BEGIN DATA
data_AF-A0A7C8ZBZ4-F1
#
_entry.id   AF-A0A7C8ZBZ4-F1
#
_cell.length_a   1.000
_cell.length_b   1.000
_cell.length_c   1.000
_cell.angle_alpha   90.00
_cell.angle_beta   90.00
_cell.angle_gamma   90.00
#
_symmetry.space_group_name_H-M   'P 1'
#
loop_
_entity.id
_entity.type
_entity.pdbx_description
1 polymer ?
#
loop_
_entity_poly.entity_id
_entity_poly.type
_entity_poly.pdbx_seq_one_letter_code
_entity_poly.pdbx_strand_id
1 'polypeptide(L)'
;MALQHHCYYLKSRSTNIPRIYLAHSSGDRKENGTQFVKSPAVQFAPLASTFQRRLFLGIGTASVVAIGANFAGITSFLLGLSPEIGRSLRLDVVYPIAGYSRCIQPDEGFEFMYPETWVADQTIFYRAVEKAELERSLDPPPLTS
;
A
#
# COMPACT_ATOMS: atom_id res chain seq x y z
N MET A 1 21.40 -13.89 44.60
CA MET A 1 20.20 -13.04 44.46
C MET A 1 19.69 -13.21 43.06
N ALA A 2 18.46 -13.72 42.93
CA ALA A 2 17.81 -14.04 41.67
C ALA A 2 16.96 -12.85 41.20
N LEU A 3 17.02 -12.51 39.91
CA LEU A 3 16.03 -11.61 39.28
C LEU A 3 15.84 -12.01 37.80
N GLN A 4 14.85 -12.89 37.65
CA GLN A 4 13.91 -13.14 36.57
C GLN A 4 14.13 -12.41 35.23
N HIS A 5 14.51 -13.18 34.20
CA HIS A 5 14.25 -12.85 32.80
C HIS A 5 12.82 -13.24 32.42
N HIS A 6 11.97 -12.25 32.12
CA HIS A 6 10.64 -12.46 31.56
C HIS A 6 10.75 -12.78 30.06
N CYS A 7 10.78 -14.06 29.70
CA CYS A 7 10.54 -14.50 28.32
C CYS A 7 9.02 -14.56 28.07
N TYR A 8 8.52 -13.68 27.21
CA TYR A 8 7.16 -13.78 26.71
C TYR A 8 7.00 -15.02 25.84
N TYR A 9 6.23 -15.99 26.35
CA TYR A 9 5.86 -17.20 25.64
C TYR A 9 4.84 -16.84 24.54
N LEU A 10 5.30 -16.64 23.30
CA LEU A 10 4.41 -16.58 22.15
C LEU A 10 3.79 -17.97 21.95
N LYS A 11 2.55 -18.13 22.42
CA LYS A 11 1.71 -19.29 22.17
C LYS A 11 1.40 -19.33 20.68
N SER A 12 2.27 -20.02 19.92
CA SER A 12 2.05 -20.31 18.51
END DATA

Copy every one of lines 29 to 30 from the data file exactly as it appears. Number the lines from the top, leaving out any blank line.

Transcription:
#
# COMPACT_ATOMS: atom_id res chain seq x y z